Over the course of 2017 the broadcast industry became an even more complex and varied space, writes Nick Moreno.

Newer distribution models such as OTT and VOD have become more accessible – both operationally and commercially – thanks to a variety of factors, including lower technology costs, faster broadband speeds, and the increased pace of innovation.

Nick Moreno

Nick Moreno

This changing landscape means that, regardless of experience, emerging media companies (i.e. ‘born digital’ players and brands) now find themselves on a level playing field with traditional broadcasting giants when it comes to distributing their content direct-to-consumer (DTC). And so the head-to-head competition for eyeballs intensifies.

So how will broadcasters of all shapes and sizes navigate this increasingly tricky terrain in 2018? Below are two key trends we expect to see evolve over the next year as content owners seek to stay ahead of the game.

Monetisation is key

With the Internet Advertising Bureau (IAB) reporting that the average UK household now owns 8.3 connected devices, including TVs, laptops and smartphones, the opportunity for audiences to engage with TV content in all its forms is rapidly expanding.

The living room is no longer the sole domain of today’s broadcaster, and rights holders must battle for viewership across multiple screens, platforms and locations in order to get the biggest returns on their content.

Coupled with the fact that linear broadcasters – such as the BBC and ITV – are currently competing with global OTT powers such as Netflix and Amazon, growth in emerging media companies, and brands turning TV producers, the need to explore additional ways of monetising their content offerings is clear.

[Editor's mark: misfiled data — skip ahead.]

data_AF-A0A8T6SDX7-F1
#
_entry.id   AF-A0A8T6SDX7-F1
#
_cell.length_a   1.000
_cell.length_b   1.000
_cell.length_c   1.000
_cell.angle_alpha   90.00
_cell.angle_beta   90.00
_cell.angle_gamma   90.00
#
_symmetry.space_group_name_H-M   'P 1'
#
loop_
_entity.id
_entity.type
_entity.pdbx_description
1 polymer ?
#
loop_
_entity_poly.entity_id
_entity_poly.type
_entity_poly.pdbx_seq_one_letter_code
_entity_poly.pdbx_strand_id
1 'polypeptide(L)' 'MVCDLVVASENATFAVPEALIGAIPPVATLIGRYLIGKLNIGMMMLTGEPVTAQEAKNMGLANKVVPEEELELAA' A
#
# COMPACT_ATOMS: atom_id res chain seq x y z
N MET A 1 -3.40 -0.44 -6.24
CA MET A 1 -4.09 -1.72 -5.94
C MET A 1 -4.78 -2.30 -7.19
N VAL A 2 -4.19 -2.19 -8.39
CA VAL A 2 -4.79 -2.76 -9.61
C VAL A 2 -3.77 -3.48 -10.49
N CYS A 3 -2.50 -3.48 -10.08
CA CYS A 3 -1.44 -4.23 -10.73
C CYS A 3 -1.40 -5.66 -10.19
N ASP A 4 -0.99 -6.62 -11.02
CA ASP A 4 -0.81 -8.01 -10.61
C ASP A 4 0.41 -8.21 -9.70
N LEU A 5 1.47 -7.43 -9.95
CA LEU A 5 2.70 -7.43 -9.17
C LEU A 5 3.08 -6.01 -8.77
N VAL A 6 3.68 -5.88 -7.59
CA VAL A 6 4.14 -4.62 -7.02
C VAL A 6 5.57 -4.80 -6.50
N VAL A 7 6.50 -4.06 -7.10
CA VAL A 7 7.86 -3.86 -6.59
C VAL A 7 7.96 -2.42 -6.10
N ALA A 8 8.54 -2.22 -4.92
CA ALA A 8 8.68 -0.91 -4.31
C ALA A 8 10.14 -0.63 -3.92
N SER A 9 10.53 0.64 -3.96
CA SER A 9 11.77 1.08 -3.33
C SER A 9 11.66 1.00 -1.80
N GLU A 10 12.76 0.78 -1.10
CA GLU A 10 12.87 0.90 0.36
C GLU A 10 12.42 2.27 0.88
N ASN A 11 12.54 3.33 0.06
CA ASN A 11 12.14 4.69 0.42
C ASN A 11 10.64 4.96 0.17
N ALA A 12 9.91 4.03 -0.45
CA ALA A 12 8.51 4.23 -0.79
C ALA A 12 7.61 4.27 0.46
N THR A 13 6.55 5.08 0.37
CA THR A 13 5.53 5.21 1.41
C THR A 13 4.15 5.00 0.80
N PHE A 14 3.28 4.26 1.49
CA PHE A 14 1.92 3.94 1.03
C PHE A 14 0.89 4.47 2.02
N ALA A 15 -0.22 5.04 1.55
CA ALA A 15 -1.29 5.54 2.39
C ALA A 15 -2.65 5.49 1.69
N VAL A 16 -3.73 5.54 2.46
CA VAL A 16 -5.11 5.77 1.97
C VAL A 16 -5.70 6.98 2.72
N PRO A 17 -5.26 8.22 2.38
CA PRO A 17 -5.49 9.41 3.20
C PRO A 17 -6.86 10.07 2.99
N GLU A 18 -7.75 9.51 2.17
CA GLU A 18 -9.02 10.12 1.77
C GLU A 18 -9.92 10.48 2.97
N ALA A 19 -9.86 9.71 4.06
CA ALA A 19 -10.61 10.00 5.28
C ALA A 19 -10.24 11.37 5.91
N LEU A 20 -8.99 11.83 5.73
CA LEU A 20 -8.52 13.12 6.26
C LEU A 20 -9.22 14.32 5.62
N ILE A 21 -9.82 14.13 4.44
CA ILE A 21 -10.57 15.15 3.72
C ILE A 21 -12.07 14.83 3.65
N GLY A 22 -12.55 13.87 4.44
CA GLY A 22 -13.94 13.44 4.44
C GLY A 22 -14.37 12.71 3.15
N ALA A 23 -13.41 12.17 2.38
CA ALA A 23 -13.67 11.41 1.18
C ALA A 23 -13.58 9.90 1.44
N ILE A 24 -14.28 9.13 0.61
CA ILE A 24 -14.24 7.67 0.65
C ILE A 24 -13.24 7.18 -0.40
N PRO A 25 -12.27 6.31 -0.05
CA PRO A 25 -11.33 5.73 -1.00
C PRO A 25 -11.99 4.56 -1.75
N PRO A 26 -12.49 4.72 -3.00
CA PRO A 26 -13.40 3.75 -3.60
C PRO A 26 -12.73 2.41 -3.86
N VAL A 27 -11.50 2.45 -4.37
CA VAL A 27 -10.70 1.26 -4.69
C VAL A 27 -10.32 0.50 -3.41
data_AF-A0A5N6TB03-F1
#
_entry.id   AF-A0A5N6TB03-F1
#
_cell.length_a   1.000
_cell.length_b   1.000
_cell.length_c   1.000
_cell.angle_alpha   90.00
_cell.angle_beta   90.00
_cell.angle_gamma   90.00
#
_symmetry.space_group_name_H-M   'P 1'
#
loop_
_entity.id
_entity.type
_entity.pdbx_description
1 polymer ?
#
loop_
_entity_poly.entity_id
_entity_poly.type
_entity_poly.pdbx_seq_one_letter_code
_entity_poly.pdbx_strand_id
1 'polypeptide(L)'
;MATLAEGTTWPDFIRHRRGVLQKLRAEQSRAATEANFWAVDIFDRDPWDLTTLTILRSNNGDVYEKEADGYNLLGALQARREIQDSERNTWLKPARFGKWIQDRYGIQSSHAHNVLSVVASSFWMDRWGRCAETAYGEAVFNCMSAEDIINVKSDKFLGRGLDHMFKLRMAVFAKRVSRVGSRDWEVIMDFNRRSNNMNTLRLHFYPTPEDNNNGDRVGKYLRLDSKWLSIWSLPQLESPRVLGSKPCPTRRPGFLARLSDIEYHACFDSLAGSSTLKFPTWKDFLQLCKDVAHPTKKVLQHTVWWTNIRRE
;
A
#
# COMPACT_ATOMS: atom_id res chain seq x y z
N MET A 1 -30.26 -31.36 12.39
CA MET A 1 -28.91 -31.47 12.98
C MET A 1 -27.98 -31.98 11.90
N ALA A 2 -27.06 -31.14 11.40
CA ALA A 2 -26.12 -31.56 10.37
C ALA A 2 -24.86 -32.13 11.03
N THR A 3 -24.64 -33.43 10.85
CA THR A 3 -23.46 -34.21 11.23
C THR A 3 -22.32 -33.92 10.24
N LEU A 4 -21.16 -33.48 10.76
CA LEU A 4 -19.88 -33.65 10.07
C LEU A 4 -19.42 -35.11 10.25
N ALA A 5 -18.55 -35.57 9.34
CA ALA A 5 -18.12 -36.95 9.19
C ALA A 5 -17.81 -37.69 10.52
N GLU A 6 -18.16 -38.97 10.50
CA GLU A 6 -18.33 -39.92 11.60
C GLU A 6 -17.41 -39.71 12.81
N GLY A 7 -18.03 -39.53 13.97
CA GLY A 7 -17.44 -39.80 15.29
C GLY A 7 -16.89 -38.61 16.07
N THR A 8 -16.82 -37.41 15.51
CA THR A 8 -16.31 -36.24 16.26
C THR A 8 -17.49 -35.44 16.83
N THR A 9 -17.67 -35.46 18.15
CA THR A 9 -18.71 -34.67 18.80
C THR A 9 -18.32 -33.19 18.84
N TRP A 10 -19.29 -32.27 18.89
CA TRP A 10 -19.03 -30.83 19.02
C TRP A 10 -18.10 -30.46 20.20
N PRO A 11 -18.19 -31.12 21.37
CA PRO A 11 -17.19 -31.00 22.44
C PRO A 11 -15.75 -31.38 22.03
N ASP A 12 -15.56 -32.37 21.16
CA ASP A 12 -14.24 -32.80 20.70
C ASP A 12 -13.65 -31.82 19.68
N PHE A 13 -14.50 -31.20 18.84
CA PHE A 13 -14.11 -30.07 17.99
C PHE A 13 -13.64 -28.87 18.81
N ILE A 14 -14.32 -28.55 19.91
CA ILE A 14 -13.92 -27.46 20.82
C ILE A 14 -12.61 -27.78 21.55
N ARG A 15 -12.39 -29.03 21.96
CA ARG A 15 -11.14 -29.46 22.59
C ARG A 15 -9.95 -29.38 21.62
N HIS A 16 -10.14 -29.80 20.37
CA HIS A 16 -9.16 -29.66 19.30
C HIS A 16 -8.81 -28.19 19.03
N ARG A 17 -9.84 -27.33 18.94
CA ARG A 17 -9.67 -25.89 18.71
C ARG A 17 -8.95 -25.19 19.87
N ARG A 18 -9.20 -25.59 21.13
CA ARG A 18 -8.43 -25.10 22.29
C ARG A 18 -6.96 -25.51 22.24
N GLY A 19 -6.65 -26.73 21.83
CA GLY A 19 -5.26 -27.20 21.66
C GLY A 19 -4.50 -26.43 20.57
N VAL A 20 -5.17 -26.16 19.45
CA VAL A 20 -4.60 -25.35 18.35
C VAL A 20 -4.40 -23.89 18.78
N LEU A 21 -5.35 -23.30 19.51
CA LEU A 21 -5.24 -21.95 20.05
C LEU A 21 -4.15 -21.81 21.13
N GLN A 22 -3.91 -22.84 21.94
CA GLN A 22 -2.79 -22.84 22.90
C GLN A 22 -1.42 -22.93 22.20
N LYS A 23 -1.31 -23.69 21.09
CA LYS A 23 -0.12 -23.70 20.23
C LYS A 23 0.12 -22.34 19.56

Source: ITV

In 2018, content owners must consider monetisation options across platforms, distribution methods and geographies – for example, delivering on-demand and complimentary OTT linear streaming services, distributing content DTC or via third parties, taking content abroad to new audiences, or even engaging viewers with snappy content on social media.

Companies that invest in analysing the broadcast landscape and discovering the best monetisation models for their content will be the ones to stride ahead next year.

Virtualisation will win out

Exploring new ways of monetising content isn’t without risk, however, and as a result many broadcasters are demanding flexible commercial models that allow them to instantly adapt to market changes in order to pursue new avenues in a ‘test-bed’ environment.

Content owners need the flexibility to introduce new channels quickly and affordably in response to changing viewer interests, whenever and wherever required, and then have the scalability to pull them down to match demand when those interests shift.

The traditional hardware-based TV production model isn’t set up to deliver this kind of flexibility, hence many broadcasters are looking at the potential benefits of a virtualised cloud services as an alternative to achieving success.

Virtualisation in broadcasting takes content storage and distribution into the cloud, meaning broadcasters don’t need to purchase expensive hardware in order to add a new process or playout stream to their operations.

As virtualisation models continue to develop, content owners will be able to quickly launch new channels and VOD offerings, test new technologies, and reach all-important new audiences.

The potential of virtualisation will start to be truly realised by broadcasters in 2018, and it will have a significant impact on the future broadcasting landscape.

Insight driven approach

There’s no doubt 2018 will see both successes and struggles as the broadcast industry gets to grips with these trends and seeks to capitalise on content via multiple monetisation strategies.

The good news in this regard however is that they’re not on their own; tools for analysing and reacting to the market are becoming much more accessible, and there is now more information than ever to help broadcasters to build the necessary deep understanding of their audiences.

In today’s data-driven TV market, we know what’s switching subscribers on, what’s turning them off, when they watch, what they’re watching, and the devices they’re using to do it. And we know all of this in real time.

Such insights offer exciting opportunities to tailor services, packages and content to the specific tastes and expectations of audiences and individuals.

I look forward to seeing how the industry harnesses this data over the coming twelve months – it is set to be a year of great opportunity.

Nick Moreno is Director of Strategy for Arqiva’s Satellite & Media division.